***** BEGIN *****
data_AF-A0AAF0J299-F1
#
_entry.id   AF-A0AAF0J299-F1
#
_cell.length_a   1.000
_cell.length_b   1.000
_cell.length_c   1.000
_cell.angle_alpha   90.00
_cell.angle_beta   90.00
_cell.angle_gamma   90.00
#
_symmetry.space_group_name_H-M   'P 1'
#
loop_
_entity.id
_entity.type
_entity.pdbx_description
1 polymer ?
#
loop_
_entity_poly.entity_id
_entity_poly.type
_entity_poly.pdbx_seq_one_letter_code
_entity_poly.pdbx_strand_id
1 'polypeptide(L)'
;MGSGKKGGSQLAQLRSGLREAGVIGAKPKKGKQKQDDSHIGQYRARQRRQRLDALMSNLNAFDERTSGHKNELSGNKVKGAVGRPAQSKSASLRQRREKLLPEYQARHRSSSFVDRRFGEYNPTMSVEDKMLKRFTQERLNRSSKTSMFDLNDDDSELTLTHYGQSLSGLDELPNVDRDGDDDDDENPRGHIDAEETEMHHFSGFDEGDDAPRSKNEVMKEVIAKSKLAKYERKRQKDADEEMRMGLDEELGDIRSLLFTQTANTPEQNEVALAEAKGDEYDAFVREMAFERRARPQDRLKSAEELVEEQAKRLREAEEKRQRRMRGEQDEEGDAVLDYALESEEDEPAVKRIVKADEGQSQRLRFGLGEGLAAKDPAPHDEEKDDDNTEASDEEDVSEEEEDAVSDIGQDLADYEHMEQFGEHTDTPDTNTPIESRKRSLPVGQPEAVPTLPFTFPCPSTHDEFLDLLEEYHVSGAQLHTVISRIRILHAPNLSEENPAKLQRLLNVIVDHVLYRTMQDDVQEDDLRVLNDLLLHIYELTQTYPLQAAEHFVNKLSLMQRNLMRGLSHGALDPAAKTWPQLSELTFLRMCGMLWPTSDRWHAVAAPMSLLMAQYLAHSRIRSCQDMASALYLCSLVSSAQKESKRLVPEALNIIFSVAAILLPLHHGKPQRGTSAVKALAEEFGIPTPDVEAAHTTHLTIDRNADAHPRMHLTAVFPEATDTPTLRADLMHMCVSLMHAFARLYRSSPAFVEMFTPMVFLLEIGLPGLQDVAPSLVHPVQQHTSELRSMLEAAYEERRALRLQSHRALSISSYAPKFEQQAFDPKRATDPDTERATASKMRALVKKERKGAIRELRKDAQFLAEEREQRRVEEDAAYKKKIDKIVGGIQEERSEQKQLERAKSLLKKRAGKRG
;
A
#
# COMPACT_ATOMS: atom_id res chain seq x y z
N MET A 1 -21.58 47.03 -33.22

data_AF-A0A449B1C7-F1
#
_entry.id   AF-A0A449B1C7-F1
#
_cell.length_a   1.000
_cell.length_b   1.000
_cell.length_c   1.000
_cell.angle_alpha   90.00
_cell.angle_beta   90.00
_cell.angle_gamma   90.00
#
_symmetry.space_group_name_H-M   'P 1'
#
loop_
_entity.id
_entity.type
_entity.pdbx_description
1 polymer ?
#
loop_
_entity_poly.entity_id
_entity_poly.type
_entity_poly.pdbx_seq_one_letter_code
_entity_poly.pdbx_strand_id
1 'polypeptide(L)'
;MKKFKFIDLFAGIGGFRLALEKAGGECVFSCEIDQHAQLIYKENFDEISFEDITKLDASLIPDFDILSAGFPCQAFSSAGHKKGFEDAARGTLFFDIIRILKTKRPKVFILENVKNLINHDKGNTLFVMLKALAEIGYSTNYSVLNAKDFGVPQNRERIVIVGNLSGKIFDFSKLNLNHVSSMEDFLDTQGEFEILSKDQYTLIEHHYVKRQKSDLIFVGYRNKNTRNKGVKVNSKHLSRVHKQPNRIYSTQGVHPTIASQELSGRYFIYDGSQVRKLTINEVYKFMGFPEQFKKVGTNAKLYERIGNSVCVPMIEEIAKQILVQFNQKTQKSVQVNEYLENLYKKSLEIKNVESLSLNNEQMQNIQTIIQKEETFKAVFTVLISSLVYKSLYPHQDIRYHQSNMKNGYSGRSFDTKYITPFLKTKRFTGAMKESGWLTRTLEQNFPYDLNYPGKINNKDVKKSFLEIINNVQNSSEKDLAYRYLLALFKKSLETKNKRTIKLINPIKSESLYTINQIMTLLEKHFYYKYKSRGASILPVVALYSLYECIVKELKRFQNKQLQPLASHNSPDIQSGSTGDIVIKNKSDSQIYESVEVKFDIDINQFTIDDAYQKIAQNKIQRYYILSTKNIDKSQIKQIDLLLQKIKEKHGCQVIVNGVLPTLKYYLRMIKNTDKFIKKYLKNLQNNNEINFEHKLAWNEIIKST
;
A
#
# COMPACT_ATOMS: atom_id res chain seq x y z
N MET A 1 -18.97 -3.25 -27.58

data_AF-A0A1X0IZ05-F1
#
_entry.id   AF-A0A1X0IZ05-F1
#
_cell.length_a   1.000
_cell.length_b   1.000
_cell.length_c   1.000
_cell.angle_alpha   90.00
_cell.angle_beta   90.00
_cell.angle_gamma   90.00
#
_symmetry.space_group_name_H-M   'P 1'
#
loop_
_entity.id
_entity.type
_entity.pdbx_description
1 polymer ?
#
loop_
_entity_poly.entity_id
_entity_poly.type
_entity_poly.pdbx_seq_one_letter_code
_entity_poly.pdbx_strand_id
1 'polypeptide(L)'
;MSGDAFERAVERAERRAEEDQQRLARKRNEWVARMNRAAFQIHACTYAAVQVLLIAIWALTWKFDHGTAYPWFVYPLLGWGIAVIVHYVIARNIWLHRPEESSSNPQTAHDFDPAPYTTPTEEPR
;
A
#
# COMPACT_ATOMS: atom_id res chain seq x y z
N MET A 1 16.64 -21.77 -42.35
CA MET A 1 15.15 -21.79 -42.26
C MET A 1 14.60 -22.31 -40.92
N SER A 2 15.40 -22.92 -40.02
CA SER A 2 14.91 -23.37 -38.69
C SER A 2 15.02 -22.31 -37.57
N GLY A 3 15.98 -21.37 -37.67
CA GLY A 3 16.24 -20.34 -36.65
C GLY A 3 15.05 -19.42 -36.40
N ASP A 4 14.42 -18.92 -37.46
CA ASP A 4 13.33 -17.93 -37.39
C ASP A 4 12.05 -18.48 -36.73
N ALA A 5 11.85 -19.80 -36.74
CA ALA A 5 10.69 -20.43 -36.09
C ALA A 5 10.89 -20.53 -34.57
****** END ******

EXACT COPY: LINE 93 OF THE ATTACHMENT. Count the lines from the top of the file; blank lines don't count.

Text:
N MET A 1 16.64 -21.77 -42.35